Debunking with SCA Health: Tackling Colonoscopy Misconceptions  

Posted Jul 24, 2023 under:

Common Colonoscopy Myths

Worried about scheduling your colonoscopy? Think the process will take too much time out of your day? Fear not, SCA Health is here to assist in debunking common misconceptions surrounding colonoscopies.

Tablet with the text Colonoscopy on the display

True or False?

Learn more about common myths surrounding colonoscopies.

Welcome to Debunking with SCA Health. This series will tackle common misconceptions surrounding healthcare procedures and receiving care. We begin by discussing four everyday worries and fears surrounding colonoscopy. 

Every year millions of Americans become eligible to receive their first colonoscopy. As the “gold standard” of colorectal cancer prevention, colonoscopies can be a life-saving procedure, helping patients and physicians identify precancerous polyps and avoid future healthcare crises.

Below are four common myths and fears surrounding colonoscopy, along with proven facts highlighting the importance of this necessary procedure. 

MYTH 1: Colonoscopy alternatives provide as comprehensive coverage as a traditional procedure

FALSE. Colonoscopy alternatives offer patients convenience at the cost of an immediate solution should they receive a positive result. In addition, colonoscopies allow physicians to identify and remove precancerous polyps, a potentially life-saving differentiation from its alternative tests. 

According to a study by David Ahlquist, M.D., one common colonoscopy alternative provides a “low sensitivity for detecting CRC (70%-75% using colonoscopy criteria as the criterion standard).” According to Ahlquist, this also extends to advanced adenoma at approximately 20%-25% and less than 5% for advanced sessile serrated polyps. 

Finally, the routine procedure of a colonoscopy provides a standardized environment with little room for variables and changes, unlike alternatives, in which results can vary based on pre-test storage temperatures and the age and sex of each patient. 

MYTH 2: Colonoscopies are more expensive than alternatives 

FALSE. Colonoscopies are labeled as preventative procedures, meaning they often come at little to no cost to patients. While colonoscopy alternatives allow one to perform a test at home, a positive result will lead to a meeting with a GI physician and is no longer considered preventative. This means a patient will incur additional costs that could be avoided by receiving a routine colonoscopy.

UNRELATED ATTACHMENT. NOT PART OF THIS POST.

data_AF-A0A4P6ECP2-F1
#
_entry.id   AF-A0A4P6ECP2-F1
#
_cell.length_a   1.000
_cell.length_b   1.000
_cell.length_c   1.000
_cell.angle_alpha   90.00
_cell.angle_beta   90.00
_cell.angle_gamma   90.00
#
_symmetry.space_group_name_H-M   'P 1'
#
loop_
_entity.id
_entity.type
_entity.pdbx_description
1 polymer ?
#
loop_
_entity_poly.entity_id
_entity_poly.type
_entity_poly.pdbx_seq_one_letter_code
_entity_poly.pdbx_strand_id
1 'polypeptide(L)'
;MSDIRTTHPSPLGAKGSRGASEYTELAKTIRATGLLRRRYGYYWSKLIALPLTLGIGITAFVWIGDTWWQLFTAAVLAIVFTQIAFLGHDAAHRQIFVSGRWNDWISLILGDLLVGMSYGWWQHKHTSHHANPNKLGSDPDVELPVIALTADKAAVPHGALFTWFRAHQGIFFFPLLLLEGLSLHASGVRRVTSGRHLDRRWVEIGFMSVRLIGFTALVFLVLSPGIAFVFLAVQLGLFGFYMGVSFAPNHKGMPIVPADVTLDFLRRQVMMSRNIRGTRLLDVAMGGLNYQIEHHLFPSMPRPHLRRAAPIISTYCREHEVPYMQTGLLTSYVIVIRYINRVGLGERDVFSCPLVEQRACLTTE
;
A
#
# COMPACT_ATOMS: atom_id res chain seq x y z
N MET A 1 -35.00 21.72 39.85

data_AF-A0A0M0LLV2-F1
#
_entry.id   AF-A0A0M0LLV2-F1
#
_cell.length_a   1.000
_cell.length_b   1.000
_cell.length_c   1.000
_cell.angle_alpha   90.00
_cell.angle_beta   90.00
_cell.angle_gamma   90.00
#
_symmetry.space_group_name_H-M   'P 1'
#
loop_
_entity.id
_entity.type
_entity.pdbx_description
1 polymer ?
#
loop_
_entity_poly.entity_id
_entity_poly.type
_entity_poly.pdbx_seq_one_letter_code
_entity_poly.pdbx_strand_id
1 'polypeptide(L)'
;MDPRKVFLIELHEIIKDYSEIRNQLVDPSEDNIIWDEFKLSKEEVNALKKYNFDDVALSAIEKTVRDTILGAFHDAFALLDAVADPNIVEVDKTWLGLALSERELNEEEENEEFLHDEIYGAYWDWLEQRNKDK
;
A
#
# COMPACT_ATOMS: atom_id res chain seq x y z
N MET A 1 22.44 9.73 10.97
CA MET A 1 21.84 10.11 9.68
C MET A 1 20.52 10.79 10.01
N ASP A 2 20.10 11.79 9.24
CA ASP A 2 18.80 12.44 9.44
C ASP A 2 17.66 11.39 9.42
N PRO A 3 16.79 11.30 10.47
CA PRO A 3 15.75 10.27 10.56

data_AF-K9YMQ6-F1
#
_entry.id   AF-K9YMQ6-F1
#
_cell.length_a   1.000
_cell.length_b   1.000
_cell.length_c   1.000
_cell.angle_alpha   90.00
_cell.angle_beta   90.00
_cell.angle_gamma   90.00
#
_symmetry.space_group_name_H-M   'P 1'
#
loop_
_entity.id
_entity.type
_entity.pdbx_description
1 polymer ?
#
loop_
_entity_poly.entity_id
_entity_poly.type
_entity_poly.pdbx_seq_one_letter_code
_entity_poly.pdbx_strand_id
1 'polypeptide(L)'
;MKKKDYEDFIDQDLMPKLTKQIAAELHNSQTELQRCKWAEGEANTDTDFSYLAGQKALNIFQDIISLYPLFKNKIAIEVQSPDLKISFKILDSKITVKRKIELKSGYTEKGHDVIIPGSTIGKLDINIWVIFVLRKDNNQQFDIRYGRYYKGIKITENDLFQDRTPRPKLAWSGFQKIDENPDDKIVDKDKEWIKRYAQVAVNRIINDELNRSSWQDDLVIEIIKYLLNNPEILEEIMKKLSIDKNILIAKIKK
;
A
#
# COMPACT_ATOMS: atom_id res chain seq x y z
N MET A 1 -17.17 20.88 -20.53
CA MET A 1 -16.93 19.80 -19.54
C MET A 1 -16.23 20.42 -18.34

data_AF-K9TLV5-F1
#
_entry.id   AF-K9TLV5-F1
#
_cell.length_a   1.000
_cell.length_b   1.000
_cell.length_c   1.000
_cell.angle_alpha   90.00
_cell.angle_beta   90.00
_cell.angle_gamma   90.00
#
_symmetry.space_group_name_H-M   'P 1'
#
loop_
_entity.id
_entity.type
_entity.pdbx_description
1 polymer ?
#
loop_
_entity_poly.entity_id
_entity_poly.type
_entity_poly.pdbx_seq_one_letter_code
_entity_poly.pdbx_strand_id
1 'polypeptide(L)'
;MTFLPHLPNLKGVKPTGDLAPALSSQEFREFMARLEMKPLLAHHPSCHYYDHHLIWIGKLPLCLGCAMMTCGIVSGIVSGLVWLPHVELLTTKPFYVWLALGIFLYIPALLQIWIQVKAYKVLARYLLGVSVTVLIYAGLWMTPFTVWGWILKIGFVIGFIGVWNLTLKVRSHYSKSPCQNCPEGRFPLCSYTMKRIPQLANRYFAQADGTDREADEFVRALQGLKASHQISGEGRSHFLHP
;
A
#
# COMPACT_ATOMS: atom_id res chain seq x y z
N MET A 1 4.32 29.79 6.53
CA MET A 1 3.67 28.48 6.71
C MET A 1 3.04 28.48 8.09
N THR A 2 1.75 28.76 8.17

In an age where many patients are financially conscious regarding healthcare, taking additional steps to avoid unnecessary costs make a traditional colonoscopy a safe and fiscally intelligent decision. 

MYTH 3: Patients need some help after a traditional colonoscopy 

TRUE. When undergoing a routine colonoscopy, patients may receive anesthesia. As a result, you will need someone to drive you home following your procedure. Recovery times are short, as most patients return to work and their everyday lives the next day.  

While taking time out of your day to undergo a colonoscopy may seem inconvenient, the ability to identify and remove polyps and the short recovery time make it a worthwhile use of time for your well-being. Typically, colonoscopies only take 30-45 minutes to complete, allowing you to get on with your day. 

MYTH 4: Colonoscopy prep is challenging to do correctly

FALSE. Colonoscopy prep has acquired a negative connotation over time, as some believe following guidelines and ingesting the answer is tricky. When preparing for your colonoscopy, you will receive detailed instructions on your prep routine, involving a preparation solution to induce bowel movements and cleanse the colon. 

Colonoscopy prep can be straightforward if you follow the detailed instructions from your GI physician. It would help to mix your prep drink with another liquid, such as Crystal Light, Gatorade, or 7UP, to offset the salty taste. These additional steps will help ensure you have a successful prep process and can complete your colonoscopy as scheduled. Those that ignore or miss steps may be forced to reschedule their procedure and complete the entire process again.

In summary, follow directions from your GI physician, and your prep process can be simple and easy. 

Conclusion 

At SCA Health, we stand by the data proving that colonoscopy is and remains, the “Gold Standard” of colorectal cancer prevention. We advocate for patients to ask questions when meeting with physicians and to take steps to ensure they receive the highest-quality care.

Colonoscopies should be received in 10-year intervals, beginning at age 45. If you can receive your colonoscopy this year, speak with your GI physician. 

For additional information regarding colonoscopies, click here to read recommendations from the United States Preventative Services Task Forces (USPSTF). 

Resources

Stool-Based Tests vs. Colonoscopy for the Detection of Colorectal Cancer: https://www.ncbi.nlm.nih.gov/pmc/articles/PMC6771036/

The United States Preventative Services Task Force: https://www.uspreventiveservicestaskforce.org/uspstf/recommendation/colorectal-cancer-screening

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